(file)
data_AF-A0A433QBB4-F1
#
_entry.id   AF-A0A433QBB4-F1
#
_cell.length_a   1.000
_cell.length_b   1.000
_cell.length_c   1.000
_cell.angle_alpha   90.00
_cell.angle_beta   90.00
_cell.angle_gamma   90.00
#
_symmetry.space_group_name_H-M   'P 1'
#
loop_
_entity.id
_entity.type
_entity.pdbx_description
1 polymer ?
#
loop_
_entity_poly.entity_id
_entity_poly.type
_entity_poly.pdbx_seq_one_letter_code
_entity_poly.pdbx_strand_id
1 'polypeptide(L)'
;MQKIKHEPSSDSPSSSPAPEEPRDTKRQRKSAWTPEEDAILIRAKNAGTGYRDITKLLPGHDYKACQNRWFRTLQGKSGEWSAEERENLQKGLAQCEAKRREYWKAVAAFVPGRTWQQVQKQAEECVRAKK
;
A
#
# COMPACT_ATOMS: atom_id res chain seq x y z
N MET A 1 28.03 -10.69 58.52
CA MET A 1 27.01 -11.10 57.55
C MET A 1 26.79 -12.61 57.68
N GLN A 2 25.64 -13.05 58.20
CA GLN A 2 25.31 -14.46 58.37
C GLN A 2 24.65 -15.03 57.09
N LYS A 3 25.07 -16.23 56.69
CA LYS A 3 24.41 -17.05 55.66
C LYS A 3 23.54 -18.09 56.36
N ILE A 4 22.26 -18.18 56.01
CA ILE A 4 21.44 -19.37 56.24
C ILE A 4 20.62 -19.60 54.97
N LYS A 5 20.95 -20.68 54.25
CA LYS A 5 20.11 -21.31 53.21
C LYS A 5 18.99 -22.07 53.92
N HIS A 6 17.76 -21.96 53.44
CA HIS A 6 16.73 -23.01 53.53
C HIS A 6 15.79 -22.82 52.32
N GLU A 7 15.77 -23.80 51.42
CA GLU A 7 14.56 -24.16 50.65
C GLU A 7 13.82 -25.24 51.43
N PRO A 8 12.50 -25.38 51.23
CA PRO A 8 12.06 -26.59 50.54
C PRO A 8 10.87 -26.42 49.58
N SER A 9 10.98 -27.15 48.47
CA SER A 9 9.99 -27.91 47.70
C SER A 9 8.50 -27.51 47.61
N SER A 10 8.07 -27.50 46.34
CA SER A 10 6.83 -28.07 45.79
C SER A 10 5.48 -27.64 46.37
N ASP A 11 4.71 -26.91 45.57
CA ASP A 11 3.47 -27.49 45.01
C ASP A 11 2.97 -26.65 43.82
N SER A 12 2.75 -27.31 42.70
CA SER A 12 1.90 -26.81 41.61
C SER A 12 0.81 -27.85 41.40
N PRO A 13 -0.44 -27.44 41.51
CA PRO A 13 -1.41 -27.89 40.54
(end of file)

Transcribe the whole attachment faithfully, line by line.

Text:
data_AF-A0A433QBB4-F1
#
_entry.id   AF-A0A433QBB4-F1
#
_cell.length_a   1.000
_cell.length_b   1.000
_cell.length_c   1.000
_cell.angle_alpha   90.00
_cell.angle_beta   90.00
_cell.angle_gamma   90.00
#
_symmetry.space_group_name_H-M   'P 1'
#
loop_
_entity.id
_entity.type
_entity.pdbx_description
1 polymer ?
#
loop_
_entity_poly.entity_id
_entity_poly.type
_entity_poly.pdbx_seq_one_letter_code
_entity_poly.pdbx_strand_id
1 'polypeptide(L)'
;MQKIKHEPSSDSPSSSPAPEEPRDTKRQRKSAWTPEEDAILIRAKNAGTGYRDITKLLPGHDYKACQNRWFRTLQGKSGEWSAEERENLQKGLAQCEAKRREYWKAVAAFVPGRTWQQVQKQAEECVRAKK
;
A
#
# COMPACT_ATOMS: atom_id res chain seq x y z
N MET A 1 28.03 -10.69 58.52
CA MET A 1 27.01 -11.10 57.55
C MET A 1 26.79 -12.61 57.68
N GLN A 2 25.64 -13.05 58.20
CA GLN A 2 25.31 -14.46 58.37
C GLN A 2 24.65 -15.03 57.09
N LYS A 3 25.07 -16.23 56.69
CA LYS A 3 24.41 -17.05 55.66
C LYS A 3 23.54 -18.09 56.36
N ILE A 4 22.26 -18.18 56.01
CA ILE A 4 21.44 -19.37 56.24
C ILE A 4 20.62 -19.60 54.97
N LYS A 5 20.95 -20.68 54.25
CA LYS A 5 20.11 -21.31 53.21
C LYS A 5 18.99 -22.07 53.92
N HIS A 6 17.76 -21.96 53.44
CA HIS A 6 16.73 -23.01 53.53
C HIS A 6 15.79 -22.82 52.32
N GLU A 7 15.77 -23.80 51.42
CA GLU A 7 14.56 -24.16 50.65
C GLU A 7 13.82 -25.24 51.43
N PRO A 8 12.50 -25.38 51.23
CA PRO A 8 12.06 -26.59 50.54
C PRO A 8 10.87 -26.42 49.58
N SER A 9 10.98 -27.15 48.47
CA SER A 9 9.99 -27.91 47.70
C SER A 9 8.50 -27.51 47.61
N SER A 10 8.07 -27.50 46.34
CA SER A 10 6.83 -28.07 45.79
C SER A 10 5.48 -27.64 46.37
N ASP A 11 4.71 -26.91 45.57
CA ASP A 11 3.47 -27.49 45.01
C ASP A 11 2.97 -26.65 43.82
N SER A 12 2.75 -27.31 42.70
CA SER A 12 1.90 -26.81 41.61
C SER A 12 0.81 -27.85 41.40
N PRO A 13 -0.44 -27.44 41.51
CA PRO A 13 -1.41 -27.89 40.54